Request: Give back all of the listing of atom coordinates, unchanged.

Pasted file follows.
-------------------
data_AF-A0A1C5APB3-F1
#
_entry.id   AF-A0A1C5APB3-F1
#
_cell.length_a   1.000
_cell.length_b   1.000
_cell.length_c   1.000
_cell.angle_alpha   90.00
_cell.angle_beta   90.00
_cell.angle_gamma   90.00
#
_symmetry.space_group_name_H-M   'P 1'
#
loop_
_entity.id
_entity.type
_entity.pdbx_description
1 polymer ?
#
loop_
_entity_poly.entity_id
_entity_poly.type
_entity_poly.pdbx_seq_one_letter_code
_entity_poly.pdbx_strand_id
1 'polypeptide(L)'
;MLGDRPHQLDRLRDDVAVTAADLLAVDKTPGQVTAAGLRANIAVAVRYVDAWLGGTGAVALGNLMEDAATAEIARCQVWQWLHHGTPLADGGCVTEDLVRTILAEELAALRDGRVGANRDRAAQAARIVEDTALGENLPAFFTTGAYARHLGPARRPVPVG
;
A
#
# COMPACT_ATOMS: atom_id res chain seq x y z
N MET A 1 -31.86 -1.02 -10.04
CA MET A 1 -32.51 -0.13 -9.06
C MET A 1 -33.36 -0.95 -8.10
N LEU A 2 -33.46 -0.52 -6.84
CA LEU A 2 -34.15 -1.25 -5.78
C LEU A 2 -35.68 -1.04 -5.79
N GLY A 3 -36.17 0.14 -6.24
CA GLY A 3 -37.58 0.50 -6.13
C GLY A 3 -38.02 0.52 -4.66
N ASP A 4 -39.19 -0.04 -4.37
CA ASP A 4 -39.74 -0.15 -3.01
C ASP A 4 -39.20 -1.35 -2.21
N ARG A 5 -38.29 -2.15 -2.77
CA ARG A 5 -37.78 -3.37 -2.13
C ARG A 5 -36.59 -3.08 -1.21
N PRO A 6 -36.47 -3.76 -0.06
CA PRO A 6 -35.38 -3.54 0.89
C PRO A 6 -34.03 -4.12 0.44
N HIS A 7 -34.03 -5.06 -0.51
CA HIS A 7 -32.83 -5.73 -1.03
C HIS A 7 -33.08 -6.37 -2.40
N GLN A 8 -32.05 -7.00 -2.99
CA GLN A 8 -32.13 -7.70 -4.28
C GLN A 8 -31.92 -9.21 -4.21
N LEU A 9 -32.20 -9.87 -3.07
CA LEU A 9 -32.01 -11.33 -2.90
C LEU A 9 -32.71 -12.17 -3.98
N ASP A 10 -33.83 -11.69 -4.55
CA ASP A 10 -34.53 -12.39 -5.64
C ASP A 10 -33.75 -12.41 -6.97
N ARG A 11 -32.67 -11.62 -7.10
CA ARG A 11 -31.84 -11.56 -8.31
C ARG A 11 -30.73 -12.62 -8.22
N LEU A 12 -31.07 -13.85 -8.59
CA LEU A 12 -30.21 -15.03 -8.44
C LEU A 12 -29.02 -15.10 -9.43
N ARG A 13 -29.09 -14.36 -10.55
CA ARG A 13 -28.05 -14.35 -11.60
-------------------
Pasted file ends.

data_AF-A0A1C5APB3-F1
#
_entry.id   AF-A0A1C5APB3-F1
#
_cell.length_a   1.000
_cell.length_b   1.000
_cell.length_c   1.000
_cell.angle_alpha   90.00
_cell.angle_beta   90.00
_cell.angle_gamma   90.00
#
_symmetry.space_group_name_H-M   'P 1'
#
loop_
_entity.id
_entity.type
_entity.pdbx_description
1 polymer ?
#
loop_
_entity_poly.entity_id
_entity_poly.type
_entity_poly.pdbx_seq_one_letter_code
_entity_poly.pdbx_strand_id
1 'polypeptide(L)'
;MLGDRPHQLDRLRDDVAVTAADLLAVDKTPGQVTAAGLRANIAVAVRYVDAWLGGTGAVALGNLMEDAATAEIARCQVWQWLHHGTPLADGGCVTEDLVRTILAEELAALRDGRVGANRDRAAQAARIVEDTALGENLPAFFTTGAYARHLGPARRPVPVG
;
A
#
# COMPACT_ATOMS: atom_id res chain seq x y z
N MET A 1 -31.86 -1.02 -10.04
CA MET A 1 -32.51 -0.13 -9.06
C MET A 1 -33.36 -0.95 -8.10
N LEU A 2 -33.46 -0.52 -6.84
CA LEU A 2 -34.15 -1.25 -5.78
C LEU A 2 -35.68 -1.04 -5.79
N GLY A 3 -36.17 0.14 -6.24
CA GLY A 3 -37.58 0.50 -6.13
C GLY A 3 -38.02 0.52 -4.66
N ASP A 4 -39.19 -0.04 -4.37
CA ASP A 4 -39.74 -0.15 -3.01
C ASP A 4 -39.20 -1.35 -2.21
N ARG A 5 -38.29 -2.15 -2.77
CA ARG A 5 -37.78 -3.37 -2.13
C ARG A 5 -36.59 -3.08 -1.21
N PRO A 6 -36.47 -3.76 -0.06
CA PRO A 6 -35.38 -3.54 0.89
C PRO A 6 -34.03 -4.12 0.44
N HIS A 7 -34.03 -5.06 -0.51
CA HIS A 7 -32.83 -5.73 -1.03
C HIS A 7 -33.08 -6.37 -2.40
N GLN A 8 -32.05 -7.00 -2.99
CA GLN A 8 -32.13 -7.70 -4.28
C GLN A 8 -31.92 -9.21 -4.21
N LEU A 9 -32.20 -9.87 -3.07
CA LEU A 9 -32.01 -11.33 -2.90
C LEU A 9 -32.71 -12.17 -3.98
N ASP A 10 -33.83 -11.69 -4.55
CA ASP A 10 -34.53 -12.39 -5.64
C ASP A 10 -33.75 -12.41 -6.97
N ARG A 11 -32.67 -11.62 -7.10
CA ARG A 11 -31.84 -11.56 -8.31
C ARG A 11 -30.73 -12.62 -8.22
N LEU A 12 -31.07 -13.85 -8.59
CA LEU A 12 -30.21 -15.03 -8.44
C LEU A 12 -29.02 -15.10 -9.43
N ARG A 13 -29.09 -14.36 -10.55
CA ARG A 13 -28.05 -14.35 -11.60